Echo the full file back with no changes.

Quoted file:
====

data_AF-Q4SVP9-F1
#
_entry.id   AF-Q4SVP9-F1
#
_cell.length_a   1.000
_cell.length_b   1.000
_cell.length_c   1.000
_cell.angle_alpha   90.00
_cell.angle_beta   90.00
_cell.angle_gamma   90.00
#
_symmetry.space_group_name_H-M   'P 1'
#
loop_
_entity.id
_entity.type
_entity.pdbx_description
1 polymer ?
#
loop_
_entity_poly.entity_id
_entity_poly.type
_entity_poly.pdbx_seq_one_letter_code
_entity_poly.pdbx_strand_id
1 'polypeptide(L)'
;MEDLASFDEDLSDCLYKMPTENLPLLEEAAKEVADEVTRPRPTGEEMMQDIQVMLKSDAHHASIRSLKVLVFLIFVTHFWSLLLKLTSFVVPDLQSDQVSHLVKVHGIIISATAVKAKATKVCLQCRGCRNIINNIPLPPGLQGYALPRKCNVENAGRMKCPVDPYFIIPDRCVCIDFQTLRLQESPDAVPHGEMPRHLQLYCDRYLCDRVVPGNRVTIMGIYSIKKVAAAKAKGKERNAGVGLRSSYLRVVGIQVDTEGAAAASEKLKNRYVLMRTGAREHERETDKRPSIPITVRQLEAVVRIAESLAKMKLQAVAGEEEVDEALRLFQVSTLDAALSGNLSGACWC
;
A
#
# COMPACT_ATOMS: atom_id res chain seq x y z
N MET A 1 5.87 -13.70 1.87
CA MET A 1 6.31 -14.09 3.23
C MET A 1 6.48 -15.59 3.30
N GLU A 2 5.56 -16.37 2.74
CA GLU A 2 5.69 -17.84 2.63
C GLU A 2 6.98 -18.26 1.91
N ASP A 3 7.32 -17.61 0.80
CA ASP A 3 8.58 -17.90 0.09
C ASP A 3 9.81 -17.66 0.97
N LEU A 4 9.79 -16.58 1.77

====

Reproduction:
data_AF-Q4SVP9-F1
#
_entry.id   AF-Q4SVP9-F1
#
_cell.length_a   1.000
_cell.length_b   1.000
_cell.length_c   1.000
_cell.angle_alpha   90.00
_cell.angle_beta   90.00
_cell.angle_gamma   90.00
#
_symmetry.space_group_name_H-M   'P 1'
#
loop_
_entity.id
_entity.type
_entity.pdbx_description
1 polymer ?
#
loop_
_entity_poly.entity_id
_entity_poly.type
_entity_poly.pdbx_seq_one_letter_code
_entity_poly.pdbx_strand_id
1 'polypeptide(L)'
;MEDLASFDEDLSDCLYKMPTENLPLLEEAAKEVADEVTRPRPTGEEMMQDIQVMLKSDAHHASIRSLKVLVFLIFVTHFWSLLLKLTSFVVPDLQSDQVSHLVKVHGIIISATAVKAKATKVCLQCRGCRNIINNIPLPPGLQGYALPRKCNVENAGRMKCPVDPYFIIPDRCVCIDFQTLRLQESPDAVPHGEMPRHLQLYCDRYLCDRVVPGNRVTIMGIYSIKKVAAAKAKGKERNAGVGLRSSYLRVVGIQVDTEGAAAASEKLKNRYVLMRTGAREHERETDKRPSIPITVRQLEAVVRIAESLAKMKLQAVAGEEEVDEALRLFQVSTLDAALSGNLSGACWC
;
A
#
# COMPACT_ATOMS: atom_id res chain seq x y z
N MET A 1 5.87 -13.70 1.87
CA MET A 1 6.31 -14.09 3.23
C MET A 1 6.48 -15.59 3.30
N GLU A 2 5.56 -16.37 2.74
CA GLU A 2 5.69 -17.84 2.63
C GLU A 2 6.98 -18.26 1.91
N ASP A 3 7.32 -17.61 0.80
CA ASP A 3 8.58 -17.90 0.09
C ASP A 3 9.81 -17.66 0.97
N LEU A 4 9.79 -16.58 1.77